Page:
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Storms leave some flooding, damage, but not as much as feared

By Hugh Fisher


As the East Coast breathes a sigh of relief at Hurricane Joaquin’s turn away from shore, the storms that moved through Rowan County early Saturday morning have subsided.

But they have left behind downed trees, canceled events and frayed nerves.

Rowan County Chief of Emergency Services Frank Thomason said that, overall, less rain has fallen over the area than was predicted.

“The rain has fallen in sufficient quantity, and heavy enough at times, to cause some minor flash flooding of a few streets around the county, but nothing major,” Thomason said in a phone interview Saturday evening.

A handful of trees have fallen on houses around the county, Thomason said, causing structural damage, but no injuries that he was aware of.

Falling trees remain the biggest hazard of the storm for the foreseeable future, he said.

“The ground is soggy-saturated, just completely full,” Thomason said. “Any amount of wind makes it a lot easier for trees to go over. I would expect us to continue to see additional reports of trees falling.”

In eastern Rowan County, some 1,500 Duke Energy customers were reportedly without power Saturday morning. Thomason said power had been restored by Saturday night.

“We’ve had a handful of traffic accidents across the county. Some of those have resulted in injuries, but no fatalities that we’re aware of,” Thomason said.

Many Events Called Off

Festivals, fairs and sporting events throughout the Piedmont were canceled this weekend due to the threat of severe weather.

Along with the early closure of the Rowan County Fair, this weekend’s Autumn Jubilee was called off for the first time in its 35-year history and will not be rescheduled.

In a phone interview Saturday, Don Bringle, of Rowan Parks and Recreation, said he knew that this was a disappointment to many people.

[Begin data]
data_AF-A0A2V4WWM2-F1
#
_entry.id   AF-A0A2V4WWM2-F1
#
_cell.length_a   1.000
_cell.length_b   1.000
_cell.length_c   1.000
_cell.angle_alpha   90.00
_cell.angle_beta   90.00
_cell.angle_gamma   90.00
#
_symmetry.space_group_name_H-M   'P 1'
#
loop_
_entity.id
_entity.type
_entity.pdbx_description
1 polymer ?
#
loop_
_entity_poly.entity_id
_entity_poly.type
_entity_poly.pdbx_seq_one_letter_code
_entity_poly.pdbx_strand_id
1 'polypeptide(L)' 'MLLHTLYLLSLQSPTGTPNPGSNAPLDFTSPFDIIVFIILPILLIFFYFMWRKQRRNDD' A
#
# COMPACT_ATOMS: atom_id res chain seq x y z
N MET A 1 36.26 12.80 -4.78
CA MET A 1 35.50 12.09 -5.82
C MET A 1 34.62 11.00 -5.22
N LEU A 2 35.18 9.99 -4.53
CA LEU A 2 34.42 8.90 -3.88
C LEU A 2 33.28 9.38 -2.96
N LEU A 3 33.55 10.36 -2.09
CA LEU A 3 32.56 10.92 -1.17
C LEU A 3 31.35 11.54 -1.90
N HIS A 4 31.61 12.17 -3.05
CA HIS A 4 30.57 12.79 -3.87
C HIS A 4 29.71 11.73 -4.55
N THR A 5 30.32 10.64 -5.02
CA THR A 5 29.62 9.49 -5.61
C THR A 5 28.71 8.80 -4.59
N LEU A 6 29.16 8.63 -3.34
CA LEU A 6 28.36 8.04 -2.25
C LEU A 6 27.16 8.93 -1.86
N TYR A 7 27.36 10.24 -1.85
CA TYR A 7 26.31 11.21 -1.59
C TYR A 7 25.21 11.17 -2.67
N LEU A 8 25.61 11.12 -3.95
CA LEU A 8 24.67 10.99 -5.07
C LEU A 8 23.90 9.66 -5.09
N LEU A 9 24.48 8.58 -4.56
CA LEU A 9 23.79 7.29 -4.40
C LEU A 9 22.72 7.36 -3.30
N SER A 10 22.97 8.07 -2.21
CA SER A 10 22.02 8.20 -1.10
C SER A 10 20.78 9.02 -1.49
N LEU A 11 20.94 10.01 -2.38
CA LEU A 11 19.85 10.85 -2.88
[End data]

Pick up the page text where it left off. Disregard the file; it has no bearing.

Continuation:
But it’s impossible to have a rain date for Autumn Jubilee, Bringle said, because of the size of the event.

“A lot of the crafters that follow us year after year will be somewhere else next weekend. They go from festival to festival,” Bringle said.

In all, 180 crafters and 12 food vendors were scheduled to take part, Bringle said.

“I truly regret that we had to cancel, because it affects a lot of people,” Bringle said. “I know families use this as a reunion, and you see a lot of the same faces year after year. It’s just a bad situation.”

Even so, Bringle said, since North Carolina declared a state of emergency, calling off the event was the right choice to make sure no one was hurt.

In the meantime, Bringle said that any school groups, daycares or churches interested in purchasing some of the 1,800 face-painting pumpkins that would have been used Autumn Jubilee can buy them at cost.  Interested groups can call the Dan Nicholas Park office starting Monday, 704-216-7800.

Here Comes the Sun

A flash flood watch remains in effect until Monday morning, but things are looking up.

The National Weather Service is predicting rain showers to continue through Monday, with new rainfall of between three-tenths and three-quarters of an inch possible.

The rain is expected to taper off by Monday night, with sunny skies and highs in the 70’s predicted to return by Tuesday.

Contact Hugh Fisher via the editor’s desk at 704-797-4244.



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